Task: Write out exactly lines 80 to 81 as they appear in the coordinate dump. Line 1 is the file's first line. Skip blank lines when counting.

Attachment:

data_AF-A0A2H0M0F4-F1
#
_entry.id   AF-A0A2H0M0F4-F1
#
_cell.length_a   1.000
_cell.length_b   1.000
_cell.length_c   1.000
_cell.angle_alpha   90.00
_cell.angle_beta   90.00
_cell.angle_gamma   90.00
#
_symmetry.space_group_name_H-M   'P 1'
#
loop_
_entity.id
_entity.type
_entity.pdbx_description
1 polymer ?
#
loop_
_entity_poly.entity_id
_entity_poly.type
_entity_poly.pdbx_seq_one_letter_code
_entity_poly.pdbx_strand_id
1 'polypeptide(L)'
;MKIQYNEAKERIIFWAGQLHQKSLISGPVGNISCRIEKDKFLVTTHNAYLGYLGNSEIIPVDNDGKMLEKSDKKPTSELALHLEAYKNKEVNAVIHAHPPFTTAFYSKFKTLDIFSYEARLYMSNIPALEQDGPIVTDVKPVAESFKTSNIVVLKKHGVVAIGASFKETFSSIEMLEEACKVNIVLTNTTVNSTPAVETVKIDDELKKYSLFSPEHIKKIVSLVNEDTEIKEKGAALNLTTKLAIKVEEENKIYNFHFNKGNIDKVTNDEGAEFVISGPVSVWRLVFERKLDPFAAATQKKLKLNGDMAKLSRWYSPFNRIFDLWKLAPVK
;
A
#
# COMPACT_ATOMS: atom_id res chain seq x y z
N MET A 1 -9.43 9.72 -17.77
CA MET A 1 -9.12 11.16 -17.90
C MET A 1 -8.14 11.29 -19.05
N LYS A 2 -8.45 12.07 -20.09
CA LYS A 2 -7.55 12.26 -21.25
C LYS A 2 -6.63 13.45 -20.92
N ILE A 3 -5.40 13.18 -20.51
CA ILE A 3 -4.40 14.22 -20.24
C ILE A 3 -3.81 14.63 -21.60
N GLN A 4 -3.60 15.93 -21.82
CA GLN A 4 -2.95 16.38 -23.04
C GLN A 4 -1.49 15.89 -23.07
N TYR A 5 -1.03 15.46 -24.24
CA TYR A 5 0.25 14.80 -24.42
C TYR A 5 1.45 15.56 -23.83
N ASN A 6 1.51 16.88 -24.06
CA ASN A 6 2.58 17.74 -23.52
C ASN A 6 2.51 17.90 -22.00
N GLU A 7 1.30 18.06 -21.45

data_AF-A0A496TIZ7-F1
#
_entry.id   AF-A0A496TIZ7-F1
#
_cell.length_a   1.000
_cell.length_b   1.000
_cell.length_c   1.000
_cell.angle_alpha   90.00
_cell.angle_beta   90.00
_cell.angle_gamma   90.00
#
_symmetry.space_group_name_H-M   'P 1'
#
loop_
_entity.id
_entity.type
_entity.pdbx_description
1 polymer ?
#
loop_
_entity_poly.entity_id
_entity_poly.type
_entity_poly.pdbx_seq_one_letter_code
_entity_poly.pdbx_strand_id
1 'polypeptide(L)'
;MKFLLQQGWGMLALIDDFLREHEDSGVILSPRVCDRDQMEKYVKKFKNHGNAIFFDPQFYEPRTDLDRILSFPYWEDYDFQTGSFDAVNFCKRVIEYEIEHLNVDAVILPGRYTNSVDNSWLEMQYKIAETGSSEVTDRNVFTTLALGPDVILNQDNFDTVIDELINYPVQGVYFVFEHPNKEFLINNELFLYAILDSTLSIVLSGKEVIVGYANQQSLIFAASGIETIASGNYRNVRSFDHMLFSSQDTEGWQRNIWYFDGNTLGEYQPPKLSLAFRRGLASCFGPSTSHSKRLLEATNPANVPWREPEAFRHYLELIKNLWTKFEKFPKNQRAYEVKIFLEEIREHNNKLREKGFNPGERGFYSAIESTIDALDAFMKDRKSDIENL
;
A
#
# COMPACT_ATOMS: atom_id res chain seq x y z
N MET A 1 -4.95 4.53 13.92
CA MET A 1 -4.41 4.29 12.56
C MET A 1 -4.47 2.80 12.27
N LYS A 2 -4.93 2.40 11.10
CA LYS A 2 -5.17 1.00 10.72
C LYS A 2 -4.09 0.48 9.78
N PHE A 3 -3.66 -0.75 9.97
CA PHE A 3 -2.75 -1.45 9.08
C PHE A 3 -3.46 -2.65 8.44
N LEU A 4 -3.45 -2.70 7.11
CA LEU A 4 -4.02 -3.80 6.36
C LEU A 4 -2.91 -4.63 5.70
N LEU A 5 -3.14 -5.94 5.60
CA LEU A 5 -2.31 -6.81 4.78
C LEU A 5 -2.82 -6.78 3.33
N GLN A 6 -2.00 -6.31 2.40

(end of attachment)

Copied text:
N MET A 1 -4.95 4.53 13.92
CA MET A 1 -4.41 4.29 12.56